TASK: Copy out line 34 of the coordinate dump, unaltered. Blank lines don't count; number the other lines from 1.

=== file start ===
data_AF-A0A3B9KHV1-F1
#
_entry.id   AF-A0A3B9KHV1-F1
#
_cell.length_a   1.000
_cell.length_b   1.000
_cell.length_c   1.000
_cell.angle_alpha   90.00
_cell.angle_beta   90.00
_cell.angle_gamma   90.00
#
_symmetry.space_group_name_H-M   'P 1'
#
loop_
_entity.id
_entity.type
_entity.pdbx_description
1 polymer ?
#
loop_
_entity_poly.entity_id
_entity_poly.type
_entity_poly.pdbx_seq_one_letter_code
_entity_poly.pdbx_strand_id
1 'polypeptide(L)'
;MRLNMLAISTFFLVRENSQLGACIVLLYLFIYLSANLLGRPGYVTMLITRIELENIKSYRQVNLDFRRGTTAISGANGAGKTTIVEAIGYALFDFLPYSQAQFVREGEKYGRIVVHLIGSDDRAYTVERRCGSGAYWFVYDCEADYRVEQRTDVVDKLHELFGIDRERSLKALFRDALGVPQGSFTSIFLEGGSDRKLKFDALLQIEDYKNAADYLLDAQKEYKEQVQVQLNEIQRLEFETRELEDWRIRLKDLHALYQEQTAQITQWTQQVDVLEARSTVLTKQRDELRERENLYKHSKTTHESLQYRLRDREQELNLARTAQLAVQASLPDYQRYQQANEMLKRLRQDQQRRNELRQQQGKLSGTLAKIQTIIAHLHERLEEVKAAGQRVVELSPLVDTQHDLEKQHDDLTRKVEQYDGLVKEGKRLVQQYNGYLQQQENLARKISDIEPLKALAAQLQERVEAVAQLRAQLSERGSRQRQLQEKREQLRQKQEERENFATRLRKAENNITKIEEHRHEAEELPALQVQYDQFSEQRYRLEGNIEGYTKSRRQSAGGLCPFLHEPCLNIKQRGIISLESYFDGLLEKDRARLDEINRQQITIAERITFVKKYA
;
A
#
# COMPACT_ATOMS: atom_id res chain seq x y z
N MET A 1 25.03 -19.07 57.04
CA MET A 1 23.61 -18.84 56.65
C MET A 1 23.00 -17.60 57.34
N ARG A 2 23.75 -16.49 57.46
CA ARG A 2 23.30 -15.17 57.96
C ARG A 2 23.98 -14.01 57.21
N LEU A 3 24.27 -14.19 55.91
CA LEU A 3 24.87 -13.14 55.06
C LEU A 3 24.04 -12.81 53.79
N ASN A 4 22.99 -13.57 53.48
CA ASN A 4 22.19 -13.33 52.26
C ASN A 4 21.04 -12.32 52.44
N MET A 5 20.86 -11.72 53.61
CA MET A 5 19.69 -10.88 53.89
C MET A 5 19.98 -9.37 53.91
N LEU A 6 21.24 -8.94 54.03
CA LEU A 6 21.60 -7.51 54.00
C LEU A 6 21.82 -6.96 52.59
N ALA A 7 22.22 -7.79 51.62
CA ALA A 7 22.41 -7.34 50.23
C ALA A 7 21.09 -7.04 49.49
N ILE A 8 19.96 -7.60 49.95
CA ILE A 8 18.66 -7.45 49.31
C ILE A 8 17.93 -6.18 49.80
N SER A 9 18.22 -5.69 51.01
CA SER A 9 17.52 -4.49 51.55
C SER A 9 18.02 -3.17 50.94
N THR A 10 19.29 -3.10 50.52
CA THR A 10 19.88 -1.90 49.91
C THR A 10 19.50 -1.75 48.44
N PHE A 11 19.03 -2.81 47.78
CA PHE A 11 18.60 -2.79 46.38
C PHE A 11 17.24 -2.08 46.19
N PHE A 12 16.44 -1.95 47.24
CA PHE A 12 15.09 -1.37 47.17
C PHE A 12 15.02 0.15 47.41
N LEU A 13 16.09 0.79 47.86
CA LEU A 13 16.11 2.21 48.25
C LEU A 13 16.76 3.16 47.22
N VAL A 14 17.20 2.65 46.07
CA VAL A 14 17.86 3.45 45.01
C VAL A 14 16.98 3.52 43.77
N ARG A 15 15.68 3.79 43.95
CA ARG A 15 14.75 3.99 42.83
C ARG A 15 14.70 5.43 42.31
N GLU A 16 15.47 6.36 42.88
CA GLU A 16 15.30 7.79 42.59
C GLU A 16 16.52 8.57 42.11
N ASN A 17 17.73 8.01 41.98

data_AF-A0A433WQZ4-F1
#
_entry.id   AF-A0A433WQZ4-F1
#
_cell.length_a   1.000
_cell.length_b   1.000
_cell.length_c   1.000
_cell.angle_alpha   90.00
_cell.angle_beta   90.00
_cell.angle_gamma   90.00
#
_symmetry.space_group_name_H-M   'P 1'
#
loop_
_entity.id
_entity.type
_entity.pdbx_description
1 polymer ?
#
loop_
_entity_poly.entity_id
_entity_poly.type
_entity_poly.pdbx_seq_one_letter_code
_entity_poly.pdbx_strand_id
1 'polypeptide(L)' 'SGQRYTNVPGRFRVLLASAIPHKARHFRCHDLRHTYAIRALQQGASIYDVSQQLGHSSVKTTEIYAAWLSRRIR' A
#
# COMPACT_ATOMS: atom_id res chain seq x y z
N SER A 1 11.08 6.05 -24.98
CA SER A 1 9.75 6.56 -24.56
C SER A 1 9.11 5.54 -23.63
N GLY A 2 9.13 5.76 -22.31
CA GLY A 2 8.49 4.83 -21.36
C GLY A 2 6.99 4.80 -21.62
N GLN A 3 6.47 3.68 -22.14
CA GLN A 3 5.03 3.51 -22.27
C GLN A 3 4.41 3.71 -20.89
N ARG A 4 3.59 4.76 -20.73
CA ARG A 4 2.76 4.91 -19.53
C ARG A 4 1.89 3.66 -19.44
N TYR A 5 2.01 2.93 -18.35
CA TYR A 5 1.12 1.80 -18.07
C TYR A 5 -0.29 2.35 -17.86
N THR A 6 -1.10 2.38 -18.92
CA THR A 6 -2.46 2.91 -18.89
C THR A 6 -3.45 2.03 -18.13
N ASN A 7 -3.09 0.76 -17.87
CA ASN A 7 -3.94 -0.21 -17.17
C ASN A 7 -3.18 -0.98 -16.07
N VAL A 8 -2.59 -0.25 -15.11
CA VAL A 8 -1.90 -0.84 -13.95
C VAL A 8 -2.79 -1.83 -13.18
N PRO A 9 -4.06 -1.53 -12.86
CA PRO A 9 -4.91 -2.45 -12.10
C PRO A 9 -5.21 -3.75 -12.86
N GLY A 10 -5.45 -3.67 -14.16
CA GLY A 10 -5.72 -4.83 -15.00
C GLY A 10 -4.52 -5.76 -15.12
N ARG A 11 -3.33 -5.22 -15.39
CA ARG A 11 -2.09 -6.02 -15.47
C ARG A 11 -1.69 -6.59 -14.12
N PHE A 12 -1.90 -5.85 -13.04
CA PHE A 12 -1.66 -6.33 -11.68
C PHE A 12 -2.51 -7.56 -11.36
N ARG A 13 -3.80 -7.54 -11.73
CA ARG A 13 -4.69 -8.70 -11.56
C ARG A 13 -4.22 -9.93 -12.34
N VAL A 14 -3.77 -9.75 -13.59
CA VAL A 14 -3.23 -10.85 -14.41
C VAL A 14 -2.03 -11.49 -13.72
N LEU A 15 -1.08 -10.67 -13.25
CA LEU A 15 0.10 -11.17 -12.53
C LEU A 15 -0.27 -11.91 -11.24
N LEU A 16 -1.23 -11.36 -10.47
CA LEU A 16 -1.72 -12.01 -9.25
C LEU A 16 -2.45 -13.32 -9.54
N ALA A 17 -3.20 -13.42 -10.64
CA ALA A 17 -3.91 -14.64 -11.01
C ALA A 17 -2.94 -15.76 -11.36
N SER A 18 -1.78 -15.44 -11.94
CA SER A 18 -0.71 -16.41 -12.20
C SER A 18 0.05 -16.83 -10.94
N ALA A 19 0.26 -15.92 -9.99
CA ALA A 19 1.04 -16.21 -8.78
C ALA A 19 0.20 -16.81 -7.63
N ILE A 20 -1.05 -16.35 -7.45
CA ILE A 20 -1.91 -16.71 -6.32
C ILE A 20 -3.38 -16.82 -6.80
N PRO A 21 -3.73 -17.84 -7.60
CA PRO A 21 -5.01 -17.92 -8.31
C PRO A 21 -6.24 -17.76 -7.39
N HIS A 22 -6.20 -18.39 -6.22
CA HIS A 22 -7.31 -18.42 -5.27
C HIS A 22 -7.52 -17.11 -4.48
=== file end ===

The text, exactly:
N ARG A 2 23.75 -16.49 57.46